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Prisoners

Research Involving Prisoners

Prisoners are another of the three classes that are deemed so vulnerable to exploitation in research that there are special rules protecting them. In the past, prisoners were viewed as a convenient research population. They are housed in a single location, constitute a large and relatively stable population, and live a routine life. Unfortunately, all the things that make a prison and prisoners a convenient research population also make prisoners ripe for exploitation. The concern that Subpart C, and this policy based on Subpart C, attempt to address is whether prisoners have any real choice in participation in research, or whether incarceration prohibits free choice.

If you are doing research in Illinois prisons, review their requirements here

The following applies to all research involving prisoners, regardless of funding source. The requirements in this section are consistent with Subpart C of 45 CFR 46, which applies to DHHS-funded research.

Applicability

This policy applies to all research conducted under the auspices of the Urbana-Champaign campus involving prisoners as subjects. Even though a University IRB may approve a research protocol involving prisoners as subjects according to this policy, investigators are still subject to the Administrative Regulations of the Illinois Department of Corrections and any other applicable state or local law. [45 CFR 46.301]

The University IRB also applies Subpart C to persons who otherwise have limited civil freedoms, such as those under court order or on parole. These populations often require extra considerations for privacy and confidentialtiy. For instance, additional precautions may be required to ensure nothing incriminating could affect a participant's legal status. 

Purpose

Because prisoners may be under constraints because of their incarceration which could affect their ability to make a truly voluntary and non-coerced decision whether or not to participate as subjects in research, it is the purpose of this policy to provide additional safeguards for the protection of prisoners involved in research activities to which this subpart is applicable. [45 CFR 46.302]

Definitions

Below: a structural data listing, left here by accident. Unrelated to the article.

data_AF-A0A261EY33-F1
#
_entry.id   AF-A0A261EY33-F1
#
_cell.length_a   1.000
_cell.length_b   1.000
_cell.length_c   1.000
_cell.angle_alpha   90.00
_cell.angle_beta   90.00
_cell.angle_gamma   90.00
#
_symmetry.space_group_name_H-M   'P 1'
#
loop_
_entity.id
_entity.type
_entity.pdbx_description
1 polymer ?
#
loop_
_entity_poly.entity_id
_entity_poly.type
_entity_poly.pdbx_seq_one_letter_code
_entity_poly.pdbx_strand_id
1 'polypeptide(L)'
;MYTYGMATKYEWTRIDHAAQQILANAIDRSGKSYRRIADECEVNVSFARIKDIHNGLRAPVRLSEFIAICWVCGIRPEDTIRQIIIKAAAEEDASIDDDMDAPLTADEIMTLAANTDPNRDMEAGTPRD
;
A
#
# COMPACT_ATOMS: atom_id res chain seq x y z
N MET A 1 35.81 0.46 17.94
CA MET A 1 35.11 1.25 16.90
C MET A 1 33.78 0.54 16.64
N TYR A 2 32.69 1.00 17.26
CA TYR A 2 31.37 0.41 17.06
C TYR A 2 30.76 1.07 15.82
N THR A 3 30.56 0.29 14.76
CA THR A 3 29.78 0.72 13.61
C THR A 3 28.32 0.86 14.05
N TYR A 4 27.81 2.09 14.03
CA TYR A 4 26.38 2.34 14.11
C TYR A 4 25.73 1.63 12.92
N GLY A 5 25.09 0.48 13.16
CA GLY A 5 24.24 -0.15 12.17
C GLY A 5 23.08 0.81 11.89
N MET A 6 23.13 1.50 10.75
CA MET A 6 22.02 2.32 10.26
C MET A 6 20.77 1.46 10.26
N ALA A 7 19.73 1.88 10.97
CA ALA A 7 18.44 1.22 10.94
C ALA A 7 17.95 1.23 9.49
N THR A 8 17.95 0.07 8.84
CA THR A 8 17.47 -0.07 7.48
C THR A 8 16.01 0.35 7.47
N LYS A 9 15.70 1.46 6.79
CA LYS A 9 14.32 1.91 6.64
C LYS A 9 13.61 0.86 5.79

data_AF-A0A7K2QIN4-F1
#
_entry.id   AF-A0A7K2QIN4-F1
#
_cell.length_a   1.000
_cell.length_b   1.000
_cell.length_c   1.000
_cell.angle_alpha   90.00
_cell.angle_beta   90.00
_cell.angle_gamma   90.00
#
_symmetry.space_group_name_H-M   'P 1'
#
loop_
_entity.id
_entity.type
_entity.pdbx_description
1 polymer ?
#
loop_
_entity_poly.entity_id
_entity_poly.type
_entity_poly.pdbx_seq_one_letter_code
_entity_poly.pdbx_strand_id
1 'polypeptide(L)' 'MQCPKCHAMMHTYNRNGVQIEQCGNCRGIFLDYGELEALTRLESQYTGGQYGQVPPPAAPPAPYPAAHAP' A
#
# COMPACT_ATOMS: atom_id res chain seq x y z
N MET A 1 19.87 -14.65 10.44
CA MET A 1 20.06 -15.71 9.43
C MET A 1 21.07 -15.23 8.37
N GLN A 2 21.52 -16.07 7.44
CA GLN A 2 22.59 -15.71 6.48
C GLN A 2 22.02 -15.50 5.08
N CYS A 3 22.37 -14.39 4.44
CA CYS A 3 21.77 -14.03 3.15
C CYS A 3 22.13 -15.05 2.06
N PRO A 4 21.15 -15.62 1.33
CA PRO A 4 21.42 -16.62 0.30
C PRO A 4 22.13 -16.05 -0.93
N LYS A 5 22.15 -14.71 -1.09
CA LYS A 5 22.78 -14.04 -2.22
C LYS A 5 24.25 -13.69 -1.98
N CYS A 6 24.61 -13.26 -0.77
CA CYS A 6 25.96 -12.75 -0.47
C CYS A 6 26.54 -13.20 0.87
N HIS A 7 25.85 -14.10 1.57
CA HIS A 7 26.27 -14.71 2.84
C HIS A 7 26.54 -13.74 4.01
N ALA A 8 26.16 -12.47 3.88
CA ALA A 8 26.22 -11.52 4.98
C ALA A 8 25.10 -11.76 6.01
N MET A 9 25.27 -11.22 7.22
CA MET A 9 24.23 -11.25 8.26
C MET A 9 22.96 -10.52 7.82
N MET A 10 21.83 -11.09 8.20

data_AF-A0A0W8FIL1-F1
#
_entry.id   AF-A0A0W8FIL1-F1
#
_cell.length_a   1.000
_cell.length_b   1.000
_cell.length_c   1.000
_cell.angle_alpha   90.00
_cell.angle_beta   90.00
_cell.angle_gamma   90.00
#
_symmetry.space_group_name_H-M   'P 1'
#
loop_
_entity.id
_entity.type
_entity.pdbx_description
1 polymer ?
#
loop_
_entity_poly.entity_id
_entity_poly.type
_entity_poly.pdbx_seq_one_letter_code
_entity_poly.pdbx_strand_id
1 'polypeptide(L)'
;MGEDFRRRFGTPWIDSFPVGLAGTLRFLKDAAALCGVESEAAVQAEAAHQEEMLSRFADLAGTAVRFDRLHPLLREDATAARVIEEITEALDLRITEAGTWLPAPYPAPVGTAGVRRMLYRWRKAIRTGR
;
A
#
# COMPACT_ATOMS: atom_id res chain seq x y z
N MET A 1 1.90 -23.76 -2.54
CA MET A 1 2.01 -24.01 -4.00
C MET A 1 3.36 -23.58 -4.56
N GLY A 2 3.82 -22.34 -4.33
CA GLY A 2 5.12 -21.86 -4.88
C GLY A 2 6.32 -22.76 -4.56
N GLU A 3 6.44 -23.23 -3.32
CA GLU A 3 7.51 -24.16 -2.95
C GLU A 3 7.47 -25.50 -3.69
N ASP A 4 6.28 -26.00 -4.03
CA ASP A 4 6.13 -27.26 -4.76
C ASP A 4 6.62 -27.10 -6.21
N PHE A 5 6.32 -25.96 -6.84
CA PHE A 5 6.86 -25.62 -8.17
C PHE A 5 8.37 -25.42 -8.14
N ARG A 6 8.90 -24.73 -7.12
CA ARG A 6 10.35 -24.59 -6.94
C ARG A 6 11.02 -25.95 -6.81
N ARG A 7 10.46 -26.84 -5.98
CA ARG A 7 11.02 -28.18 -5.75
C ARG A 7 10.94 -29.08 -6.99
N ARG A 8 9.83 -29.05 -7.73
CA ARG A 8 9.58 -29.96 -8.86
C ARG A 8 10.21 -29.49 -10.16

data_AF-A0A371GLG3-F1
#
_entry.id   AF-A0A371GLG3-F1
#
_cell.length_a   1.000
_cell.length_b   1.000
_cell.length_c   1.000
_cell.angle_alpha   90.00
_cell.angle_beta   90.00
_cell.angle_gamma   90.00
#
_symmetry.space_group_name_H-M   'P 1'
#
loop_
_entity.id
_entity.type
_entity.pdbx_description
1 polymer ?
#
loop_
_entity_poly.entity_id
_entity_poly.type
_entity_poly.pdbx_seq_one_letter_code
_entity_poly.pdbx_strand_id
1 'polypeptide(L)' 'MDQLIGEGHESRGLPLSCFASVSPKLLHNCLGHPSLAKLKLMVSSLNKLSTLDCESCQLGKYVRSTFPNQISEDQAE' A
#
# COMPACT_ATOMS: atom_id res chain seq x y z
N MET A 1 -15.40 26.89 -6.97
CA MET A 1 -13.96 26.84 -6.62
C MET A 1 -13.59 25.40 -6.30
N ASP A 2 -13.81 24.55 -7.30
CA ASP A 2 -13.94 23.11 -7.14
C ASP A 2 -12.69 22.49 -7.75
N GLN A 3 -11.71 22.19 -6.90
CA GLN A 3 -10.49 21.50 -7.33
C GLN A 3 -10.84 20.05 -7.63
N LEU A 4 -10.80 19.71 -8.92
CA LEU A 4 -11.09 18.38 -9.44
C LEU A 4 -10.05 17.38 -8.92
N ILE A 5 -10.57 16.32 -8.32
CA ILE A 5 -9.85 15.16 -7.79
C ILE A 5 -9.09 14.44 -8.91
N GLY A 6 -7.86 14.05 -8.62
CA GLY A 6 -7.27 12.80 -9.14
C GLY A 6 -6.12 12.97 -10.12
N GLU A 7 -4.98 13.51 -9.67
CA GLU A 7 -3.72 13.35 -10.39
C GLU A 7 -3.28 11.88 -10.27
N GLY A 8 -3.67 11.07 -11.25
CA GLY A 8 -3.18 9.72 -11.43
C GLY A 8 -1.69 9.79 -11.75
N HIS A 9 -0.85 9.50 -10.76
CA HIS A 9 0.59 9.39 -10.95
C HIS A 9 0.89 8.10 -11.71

Prisoner – any individual involuntarily confined or detained in a penal institution. The term is intended to encompass individuals sentenced to such an institution under a criminal or civil statute, individuals detained in other facilities by virtue of statutes or commitment procedures which provide alternatives to criminal prosecution or incarceration in a penal institution, and individuals detained pending arraignment, trial, or sentencing.

Minimal Risk – the probability and magnitude of physical or psychological harm that is normally encountered in the daily lives, or in the routine medical, dental, or psychological examination of healthy persons.

Composition of the IRB

In addition to satisfying the general requirements detailed in the IRB section of this manual, when reviewing research involving prisoners, the IRB must also meet the following requirements:

  1. A majority of the IRB (exclusive of prisoner members) must have no association with the prison(s) involved, apart from their membership on the IRB.
  2. At least one member of the IRB must be a prisoner, or a prisoner representative with appropriate background and experience to serve in that capacity, except that where a particular research project is reviewed by more than one IRB, only one IRB need satisfy this requirement.

Additional duties of the IRB

In addition to all other responsibilities prescribed for IRB in the Illinois Institutional Review Board and IRB Review Process sections of this manual, the IRB will review research involving prisoners and approve such research only if it finds that:

  1. The research falls into one of the following permitted categories [45 CFR 46.306]: